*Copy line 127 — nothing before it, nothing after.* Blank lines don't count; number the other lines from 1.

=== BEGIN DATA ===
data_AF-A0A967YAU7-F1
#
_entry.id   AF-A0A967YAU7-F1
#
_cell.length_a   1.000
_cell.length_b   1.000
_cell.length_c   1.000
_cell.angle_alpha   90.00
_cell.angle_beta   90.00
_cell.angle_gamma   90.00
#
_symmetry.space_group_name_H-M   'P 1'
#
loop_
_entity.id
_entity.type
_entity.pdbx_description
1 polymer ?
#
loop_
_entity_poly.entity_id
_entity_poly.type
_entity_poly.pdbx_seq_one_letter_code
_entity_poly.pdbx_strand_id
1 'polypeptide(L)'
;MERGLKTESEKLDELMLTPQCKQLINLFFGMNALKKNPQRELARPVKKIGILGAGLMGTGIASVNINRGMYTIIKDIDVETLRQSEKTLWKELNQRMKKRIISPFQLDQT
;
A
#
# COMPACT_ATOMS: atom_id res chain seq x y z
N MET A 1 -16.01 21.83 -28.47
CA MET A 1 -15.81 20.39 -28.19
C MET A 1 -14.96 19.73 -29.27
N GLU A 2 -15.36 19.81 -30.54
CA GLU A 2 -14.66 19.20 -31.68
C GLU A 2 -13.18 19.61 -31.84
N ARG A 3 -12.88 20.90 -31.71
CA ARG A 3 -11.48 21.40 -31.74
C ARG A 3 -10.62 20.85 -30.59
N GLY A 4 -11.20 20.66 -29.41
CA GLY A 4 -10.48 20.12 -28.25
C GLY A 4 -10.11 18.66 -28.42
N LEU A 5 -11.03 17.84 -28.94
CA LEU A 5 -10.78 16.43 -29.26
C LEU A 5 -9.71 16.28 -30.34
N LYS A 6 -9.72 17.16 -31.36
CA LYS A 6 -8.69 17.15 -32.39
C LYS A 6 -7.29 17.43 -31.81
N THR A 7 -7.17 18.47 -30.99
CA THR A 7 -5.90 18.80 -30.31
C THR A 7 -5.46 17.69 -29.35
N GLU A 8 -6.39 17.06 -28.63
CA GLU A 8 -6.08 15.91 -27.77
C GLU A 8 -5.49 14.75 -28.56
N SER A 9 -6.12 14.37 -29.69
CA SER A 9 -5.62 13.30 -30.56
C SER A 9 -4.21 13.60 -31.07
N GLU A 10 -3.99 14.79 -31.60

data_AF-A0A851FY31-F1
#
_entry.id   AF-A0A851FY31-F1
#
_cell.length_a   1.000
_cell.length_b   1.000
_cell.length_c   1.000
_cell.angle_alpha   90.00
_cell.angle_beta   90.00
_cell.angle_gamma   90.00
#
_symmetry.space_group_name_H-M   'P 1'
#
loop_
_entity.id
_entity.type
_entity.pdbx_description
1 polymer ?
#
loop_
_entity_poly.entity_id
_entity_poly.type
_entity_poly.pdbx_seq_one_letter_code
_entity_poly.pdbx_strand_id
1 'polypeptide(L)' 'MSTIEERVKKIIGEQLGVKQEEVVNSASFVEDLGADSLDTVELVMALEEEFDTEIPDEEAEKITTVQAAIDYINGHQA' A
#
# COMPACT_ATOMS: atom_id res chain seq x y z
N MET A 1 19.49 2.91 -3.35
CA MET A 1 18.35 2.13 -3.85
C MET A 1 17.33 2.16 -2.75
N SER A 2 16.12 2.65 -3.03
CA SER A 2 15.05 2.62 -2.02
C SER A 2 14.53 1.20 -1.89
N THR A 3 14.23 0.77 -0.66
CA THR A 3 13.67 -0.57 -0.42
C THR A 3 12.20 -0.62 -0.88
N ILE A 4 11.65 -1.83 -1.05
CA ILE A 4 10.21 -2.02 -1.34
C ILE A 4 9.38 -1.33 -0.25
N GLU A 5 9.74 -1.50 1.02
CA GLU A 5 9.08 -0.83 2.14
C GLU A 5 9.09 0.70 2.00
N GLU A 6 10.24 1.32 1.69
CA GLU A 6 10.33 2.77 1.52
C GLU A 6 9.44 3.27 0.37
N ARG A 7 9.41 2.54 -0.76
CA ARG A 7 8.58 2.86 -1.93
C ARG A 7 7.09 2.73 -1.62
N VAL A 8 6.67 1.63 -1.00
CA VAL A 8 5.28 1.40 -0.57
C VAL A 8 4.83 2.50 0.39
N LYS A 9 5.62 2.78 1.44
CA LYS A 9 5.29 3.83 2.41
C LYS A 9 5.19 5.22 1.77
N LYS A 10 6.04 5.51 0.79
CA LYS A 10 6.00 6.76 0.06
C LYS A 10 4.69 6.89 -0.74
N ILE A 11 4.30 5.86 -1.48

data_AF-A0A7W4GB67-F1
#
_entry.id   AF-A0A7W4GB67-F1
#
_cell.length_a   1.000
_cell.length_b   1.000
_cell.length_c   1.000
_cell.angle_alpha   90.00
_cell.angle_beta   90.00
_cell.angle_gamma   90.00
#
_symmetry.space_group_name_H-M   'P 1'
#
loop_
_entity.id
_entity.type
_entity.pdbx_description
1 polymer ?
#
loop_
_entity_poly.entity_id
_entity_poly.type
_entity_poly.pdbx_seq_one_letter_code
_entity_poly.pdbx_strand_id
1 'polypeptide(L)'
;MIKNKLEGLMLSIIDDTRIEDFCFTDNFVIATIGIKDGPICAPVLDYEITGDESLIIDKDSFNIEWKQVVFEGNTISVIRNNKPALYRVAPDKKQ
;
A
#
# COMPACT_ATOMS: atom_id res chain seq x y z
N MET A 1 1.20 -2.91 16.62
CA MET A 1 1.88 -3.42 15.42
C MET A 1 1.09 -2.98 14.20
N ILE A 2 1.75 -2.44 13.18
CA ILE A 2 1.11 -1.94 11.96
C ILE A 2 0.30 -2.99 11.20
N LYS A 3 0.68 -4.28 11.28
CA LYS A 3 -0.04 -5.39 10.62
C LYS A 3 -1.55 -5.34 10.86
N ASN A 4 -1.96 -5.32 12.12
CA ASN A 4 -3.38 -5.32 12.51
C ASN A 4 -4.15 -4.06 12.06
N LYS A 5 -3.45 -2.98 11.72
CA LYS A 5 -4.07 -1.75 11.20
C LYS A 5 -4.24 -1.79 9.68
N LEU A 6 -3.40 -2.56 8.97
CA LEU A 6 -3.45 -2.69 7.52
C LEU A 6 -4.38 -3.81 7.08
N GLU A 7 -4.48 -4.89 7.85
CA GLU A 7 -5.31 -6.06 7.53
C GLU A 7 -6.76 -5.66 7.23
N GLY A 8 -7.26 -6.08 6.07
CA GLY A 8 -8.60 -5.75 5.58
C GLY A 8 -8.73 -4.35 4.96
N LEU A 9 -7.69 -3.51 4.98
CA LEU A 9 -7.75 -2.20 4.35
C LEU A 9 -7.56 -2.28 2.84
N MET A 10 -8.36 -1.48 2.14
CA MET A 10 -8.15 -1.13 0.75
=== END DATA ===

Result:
#